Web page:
Part of learning one's way around in a society is learning when one is acting for oneself, and when one isn't. As an employee, dealing with customers, I'm acting for my company -- and would of course go by company policy/laws. My own religious beliefs or lack thereof are kept to myself in those situations (something "christian" bakers and florists should keep in mind).

> Are others' beliefs
> actually "ridiculous," or is that just a personal
> judgment?

Of course it's a personal judgment. So are others' religious beliefs. That it's a "personal judgment" doesn't mean it's not debatable, discussable, or "sacred" in any way, or immune from criticism or mockery. As I said above, so are any "beliefs" of mine. All fair game.

I would point out, though, that a great many "personal beliefs" are clearly and demonstrably false, shown so by massive amounts of evidence. Those particular "beliefs" are more ridiculous (and worthy of criticism) than some others...

Examples: flat earth. Earth is 6,000 years old. First humans were magically created from dirt 6,000 years ago. Mohammed flew to the moon on a magic horse and split it. And so on.

> Since you know French (although that's not
> necessary), you've probably read Moliere's, Le
> Misanthrope. Is Alceste correct in his socially
> alienating 'radical honesty'? Others' wrongness
> serves to underscore my rightness? Is this
> projection onto others in order to see oneself as
> blameless? Is the very fact that we "see"
> differences an indication that we're looking at
> the glass-half-empty, and is that our choice?
> (just some associated speculations...)

I have read it (and in French!).
This would engender a much longer discussion, but...
I'm all for "radical honesty," though I don't agree with "others' wrongness serves to underscore my rightness." Honesty is ultimately a way of disseminating facts in our societies -- and wider knowledge of facts leads to more useful decision-making than decision-making without facts, and based on fantasy or wishful thinking.

My biggest gripe is with those who declare some "beliefs" to be "sacred" -- immune from discussion or criticism, even though such "beliefs" have influence in societal decision-making. As far as I'm concerned, nothing is "sacred." If you can't defend what you believe -- with at least a reasonable argument, or even better with facts -- then simply declaring it "immune from criticism" is worthless and rather silly.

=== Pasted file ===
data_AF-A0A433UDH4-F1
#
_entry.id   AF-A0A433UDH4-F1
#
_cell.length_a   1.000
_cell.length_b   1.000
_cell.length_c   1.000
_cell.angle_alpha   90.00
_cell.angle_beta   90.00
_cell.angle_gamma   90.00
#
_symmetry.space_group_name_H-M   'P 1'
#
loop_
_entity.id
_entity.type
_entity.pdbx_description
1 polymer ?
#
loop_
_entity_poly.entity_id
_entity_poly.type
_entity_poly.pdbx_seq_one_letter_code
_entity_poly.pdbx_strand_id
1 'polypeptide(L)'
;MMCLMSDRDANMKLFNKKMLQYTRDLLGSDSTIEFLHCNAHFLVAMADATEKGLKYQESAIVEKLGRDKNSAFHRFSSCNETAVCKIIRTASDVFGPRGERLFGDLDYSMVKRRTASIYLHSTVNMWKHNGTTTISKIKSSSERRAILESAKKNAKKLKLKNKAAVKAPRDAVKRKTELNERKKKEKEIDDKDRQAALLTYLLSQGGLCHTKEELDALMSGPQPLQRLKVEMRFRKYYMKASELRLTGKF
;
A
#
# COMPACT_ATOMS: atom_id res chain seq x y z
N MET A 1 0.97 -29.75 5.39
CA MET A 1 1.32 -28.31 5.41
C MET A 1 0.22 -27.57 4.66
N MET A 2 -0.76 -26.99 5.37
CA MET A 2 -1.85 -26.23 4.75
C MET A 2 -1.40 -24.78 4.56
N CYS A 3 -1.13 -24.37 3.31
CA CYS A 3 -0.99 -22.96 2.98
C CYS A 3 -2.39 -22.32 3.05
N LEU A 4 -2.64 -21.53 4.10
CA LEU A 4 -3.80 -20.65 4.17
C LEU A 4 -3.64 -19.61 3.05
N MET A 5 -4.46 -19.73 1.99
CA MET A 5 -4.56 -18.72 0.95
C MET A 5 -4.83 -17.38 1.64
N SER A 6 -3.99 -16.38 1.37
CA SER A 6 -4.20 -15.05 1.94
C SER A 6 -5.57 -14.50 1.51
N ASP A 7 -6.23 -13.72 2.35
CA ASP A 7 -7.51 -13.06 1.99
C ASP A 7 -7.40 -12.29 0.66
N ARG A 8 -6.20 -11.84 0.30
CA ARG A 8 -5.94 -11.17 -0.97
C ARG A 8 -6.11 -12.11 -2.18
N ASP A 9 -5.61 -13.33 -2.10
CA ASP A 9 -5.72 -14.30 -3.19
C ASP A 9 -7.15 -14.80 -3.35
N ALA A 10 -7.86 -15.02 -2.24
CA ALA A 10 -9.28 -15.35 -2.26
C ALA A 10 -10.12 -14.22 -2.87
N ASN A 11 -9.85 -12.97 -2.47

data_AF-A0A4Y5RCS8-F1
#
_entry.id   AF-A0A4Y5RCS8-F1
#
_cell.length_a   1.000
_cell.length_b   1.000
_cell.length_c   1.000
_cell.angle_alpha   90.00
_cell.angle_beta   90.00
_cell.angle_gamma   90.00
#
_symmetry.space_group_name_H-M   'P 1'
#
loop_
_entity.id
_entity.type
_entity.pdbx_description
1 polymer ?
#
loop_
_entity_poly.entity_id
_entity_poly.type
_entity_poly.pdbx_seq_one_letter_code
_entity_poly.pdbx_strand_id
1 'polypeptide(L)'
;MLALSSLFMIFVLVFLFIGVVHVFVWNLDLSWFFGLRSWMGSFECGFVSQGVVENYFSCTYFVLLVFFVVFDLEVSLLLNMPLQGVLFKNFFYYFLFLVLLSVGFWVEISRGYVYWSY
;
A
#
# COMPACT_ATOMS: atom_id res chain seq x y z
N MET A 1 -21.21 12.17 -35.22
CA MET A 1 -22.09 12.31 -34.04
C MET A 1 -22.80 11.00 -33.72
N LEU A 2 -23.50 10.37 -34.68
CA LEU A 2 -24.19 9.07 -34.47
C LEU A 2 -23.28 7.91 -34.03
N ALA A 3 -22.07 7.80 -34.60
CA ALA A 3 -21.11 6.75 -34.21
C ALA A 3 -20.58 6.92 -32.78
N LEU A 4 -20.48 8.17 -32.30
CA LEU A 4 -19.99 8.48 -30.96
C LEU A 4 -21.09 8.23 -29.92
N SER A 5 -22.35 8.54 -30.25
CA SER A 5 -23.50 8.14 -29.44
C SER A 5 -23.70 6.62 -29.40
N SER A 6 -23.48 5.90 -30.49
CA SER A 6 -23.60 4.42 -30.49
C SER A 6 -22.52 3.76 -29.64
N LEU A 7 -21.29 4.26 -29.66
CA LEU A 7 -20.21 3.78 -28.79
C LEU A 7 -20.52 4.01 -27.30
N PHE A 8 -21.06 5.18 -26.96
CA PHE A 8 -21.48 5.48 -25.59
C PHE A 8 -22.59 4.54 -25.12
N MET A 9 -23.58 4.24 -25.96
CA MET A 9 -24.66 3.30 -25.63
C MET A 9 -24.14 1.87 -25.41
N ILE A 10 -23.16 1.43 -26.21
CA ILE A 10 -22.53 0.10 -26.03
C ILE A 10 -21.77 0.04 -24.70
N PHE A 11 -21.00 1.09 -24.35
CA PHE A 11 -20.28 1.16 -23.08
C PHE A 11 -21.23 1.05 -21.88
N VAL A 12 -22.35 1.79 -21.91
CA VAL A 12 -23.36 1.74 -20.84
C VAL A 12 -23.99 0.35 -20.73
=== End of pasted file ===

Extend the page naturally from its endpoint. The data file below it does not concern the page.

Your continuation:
Edited 1 time(s). Last edit at 11/27/2017 01:18PM by ificouldhietokolob.

Options: ReplyQuote
Posted by: donbagley ( )
Date: November 26, 2017 09:04PM

Tolerance and respect are two different things. I tolerate political hacks and fraudulent religion. But I am going to mock the hell out of both.

Options: ReplyQuote
Posted by: Soft Machine ( )
Date: November 28, 2017 10:05AM

Options: ReplyQuote
Posted by: cinda ( )
Date: November 26, 2017 06:50PM

That's what I always think of the 'lucky rabbit's foot', donbagley, it certainly wasn't lucky for the poor rabbit :(

Options: ReplyQuote
Posted by: MarkJ ( )
Date: November 27, 2017 12:05PM

But when it comes to their thinking about science, history, and politics, it is open season.

Options: ReplyQuote
Posted by: Dorothy ( )
Date: November 28, 2017 01:01PM

And yet I'm sure you're like me. If someone starts spouting off junk science and crap politics, we don't call it blasphemy and claim that our tender little feelings have been hurt. I just quickly assess if it's worth continuing the conversation--it rarely is.

Calling something sacred does not make it so. I don't believe anything is sacred. Sacred alludes to a deity that requires certain things off limits. I'm not going to needlessly antagonize people, but bs is never off limits.

Options: ReplyQuote
Posted by: Cheryl ( )
Date: November 27, 2017 12:30PM

I'll continue to mock as I see fit.

Options: ReplyQuote
Posted by: Done & Done ( )
Date: November 27, 2017 01:37PM

I would never make a mockery of mocking. It is one of life's valuable tools when done properly as in the person being mocked is laughing too. Sometimes mocking works best though when the other person isn't laughing anymore, at all. Leaving them speechless is a good sign. Mocking is versatile. No?

Options: ReplyQuote
Posted by: Very Afraid ( )
Date: November 27, 2017 01:48PM

Whatever your tolerance or intolerance level is, all "reasonableness" should be thrown out the window, when religious cults try to recruit YOUR CHILDREN. That's what put me over the edge with Mormons. When I found out the adult Mormon leaders had shoved, kicked, man-handled, threatened, and humiliated my children--it was OVER for all of us!

--I hire employees who meet the qualifications of the job.
--I hire people who fit into our company's philosophy of respect for others (male and female alike).